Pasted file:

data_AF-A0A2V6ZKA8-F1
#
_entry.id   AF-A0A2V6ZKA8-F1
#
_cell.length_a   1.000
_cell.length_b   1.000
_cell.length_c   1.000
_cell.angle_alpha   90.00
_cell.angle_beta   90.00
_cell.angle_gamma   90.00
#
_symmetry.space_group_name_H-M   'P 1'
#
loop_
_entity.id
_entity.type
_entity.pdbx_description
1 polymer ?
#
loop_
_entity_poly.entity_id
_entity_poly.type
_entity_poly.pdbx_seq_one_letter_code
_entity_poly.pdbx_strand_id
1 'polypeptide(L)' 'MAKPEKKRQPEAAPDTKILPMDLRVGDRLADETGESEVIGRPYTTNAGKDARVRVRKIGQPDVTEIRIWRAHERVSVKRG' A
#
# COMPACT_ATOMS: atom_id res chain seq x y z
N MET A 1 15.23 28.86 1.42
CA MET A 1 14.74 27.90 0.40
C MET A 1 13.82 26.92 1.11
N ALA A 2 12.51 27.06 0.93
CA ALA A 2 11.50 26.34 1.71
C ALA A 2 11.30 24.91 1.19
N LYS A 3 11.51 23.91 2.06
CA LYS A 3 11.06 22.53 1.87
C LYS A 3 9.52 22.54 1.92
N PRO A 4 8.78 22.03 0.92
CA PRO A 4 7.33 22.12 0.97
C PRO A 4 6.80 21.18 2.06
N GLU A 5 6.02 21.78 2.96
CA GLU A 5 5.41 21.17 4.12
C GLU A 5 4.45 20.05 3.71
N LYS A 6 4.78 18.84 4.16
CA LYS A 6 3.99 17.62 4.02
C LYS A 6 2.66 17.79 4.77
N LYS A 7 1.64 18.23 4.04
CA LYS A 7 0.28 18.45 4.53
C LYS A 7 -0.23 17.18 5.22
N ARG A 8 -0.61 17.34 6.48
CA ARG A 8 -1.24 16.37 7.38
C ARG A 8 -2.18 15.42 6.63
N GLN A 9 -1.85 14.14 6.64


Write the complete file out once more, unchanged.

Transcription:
data_AF-A0A2V6ZKA8-F1
#
_entry.id   AF-A0A2V6ZKA8-F1
#
_cell.length_a   1.000
_cell.length_b   1.000
_cell.length_c   1.000
_cell.angle_alpha   90.00
_cell.angle_beta   90.00
_cell.angle_gamma   90.00
#
_symmetry.space_group_name_H-M   'P 1'
#
loop_
_entity.id
_entity.type
_entity.pdbx_description
1 polymer ?
#
loop_
_entity_poly.entity_id
_entity_poly.type
_entity_poly.pdbx_seq_one_letter_code
_entity_poly.pdbx_strand_id
1 'polypeptide(L)' 'MAKPEKKRQPEAAPDTKILPMDLRVGDRLADETGESEVIGRPYTTNAGKDARVRVRKIGQPDVTEIRIWRAHERVSVKRG' A
#
# COMPACT_ATOMS: atom_id res chain seq x y z
N MET A 1 15.23 28.86 1.42
CA MET A 1 14.74 27.90 0.40
C MET A 1 13.82 26.92 1.11
N ALA A 2 12.51 27.06 0.93
CA ALA A 2 11.50 26.34 1.71
C ALA A 2 11.30 24.91 1.19
N LYS A 3 11.51 23.91 2.06
CA LYS A 3 11.06 22.53 1.87
C LYS A 3 9.52 22.54 1.92
N PRO A 4 8.78 22.03 0.92
CA PRO A 4 7.33 22.12 0.97
C PRO A 4 6.80 21.18 2.06
N GLU A 5 6.02 21.78 2.96
CA GLU A 5 5.41 21.17 4.12
C GLU A 5 4.45 20.05 3.71
N LYS A 6 4.78 18.84 4.16
CA LYS A 6 3.99 17.62 4.02
C LYS A 6 2.66 17.79 4.77
N LYS A 7 1.64 18.23 4.04
CA LYS A 7 0.28 18.45 4.53
C LYS A 7 -0.23 17.18 5.22
N ARG A 8 -0.61 17.34 6.48
CA ARG A 8 -1.24 16.37 7.38
C ARG A 8 -2.18 15.42 6.63
N GLN A 9 -1.85 14.14 6.64